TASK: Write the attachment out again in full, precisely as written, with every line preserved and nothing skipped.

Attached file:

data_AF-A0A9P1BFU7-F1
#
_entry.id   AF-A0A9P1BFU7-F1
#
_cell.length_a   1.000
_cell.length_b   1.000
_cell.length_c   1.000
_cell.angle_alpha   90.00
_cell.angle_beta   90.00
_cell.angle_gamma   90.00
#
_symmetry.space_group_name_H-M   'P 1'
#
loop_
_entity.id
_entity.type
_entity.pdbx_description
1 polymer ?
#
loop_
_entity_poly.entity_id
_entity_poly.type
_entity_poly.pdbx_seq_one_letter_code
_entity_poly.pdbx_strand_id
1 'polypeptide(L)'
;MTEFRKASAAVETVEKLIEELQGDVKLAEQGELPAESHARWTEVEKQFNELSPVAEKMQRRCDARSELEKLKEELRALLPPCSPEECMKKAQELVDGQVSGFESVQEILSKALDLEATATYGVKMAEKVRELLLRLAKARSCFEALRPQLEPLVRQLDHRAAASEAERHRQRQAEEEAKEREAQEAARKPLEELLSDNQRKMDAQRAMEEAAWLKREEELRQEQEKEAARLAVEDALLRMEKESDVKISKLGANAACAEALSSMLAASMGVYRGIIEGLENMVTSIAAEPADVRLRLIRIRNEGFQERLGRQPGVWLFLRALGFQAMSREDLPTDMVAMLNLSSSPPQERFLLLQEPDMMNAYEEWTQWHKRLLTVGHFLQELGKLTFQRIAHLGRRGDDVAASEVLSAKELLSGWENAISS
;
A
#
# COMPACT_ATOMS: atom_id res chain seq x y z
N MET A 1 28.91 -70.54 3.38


data_AF-A0A9P1BFU7-F1
#
_entry.id   AF-A0A9P1BFU7-F1
#
_cell.length_a   1.000
_cell.length_b   1.000
_cell.length_c   1.000
_cell.angle_alpha   90.00
_cell.angle_beta   90.00
_cell.angle_gamma   90.00
#
_symmetry.space_group_name_H-M   'P 1'
#
loop_
_entity.id
_entity.type
_entity.pdbx_description
1 polymer ?
#
loop_
_entity_poly.entity_id
_entity_poly.type
_entity_poly.pdbx_seq_one_letter_code
_entity_poly.pdbx_strand_id
1 'polypeptide(L)'
;MTEFRKASAAVETVEKLIEELQGDVKLAEQGELPAESHARWTEVEKQFNELSPVAEKMQRRCDARSELEKLKEELRALLPPCSPEECMKKAQELVDGQVSGFESVQEILSKALDLEATATYGVKMAEKVRELLLRLAKARSCFEALRPQLEPLVRQLDHRAAASEAERHRQRQAEEEAKEREAQEAARKPLEELLSDNQRKMDAQRAMEEAAWLKREEELRQEQEKEAARLAVEDALLRMEKESDVKISKLGANAACAEALSSMLAASMGVYRGIIEGLENMVTSIAAEPADVRLRLIRIRNEGFQERLGRQPGVWLFLRALGFQAMSREDLPTDMVAMLNLSSSPPQERFLLLQEPDMMNAYEEWTQWHKRLLTVGHFLQELGKLTFQRIAHLGRRGDDVAASEVLSAKELLSGWENAISS
;
A
#
# COMPACT_ATOMS: atom_id res chain seq x y z
N MET A 1 28.91 -70.54 3.38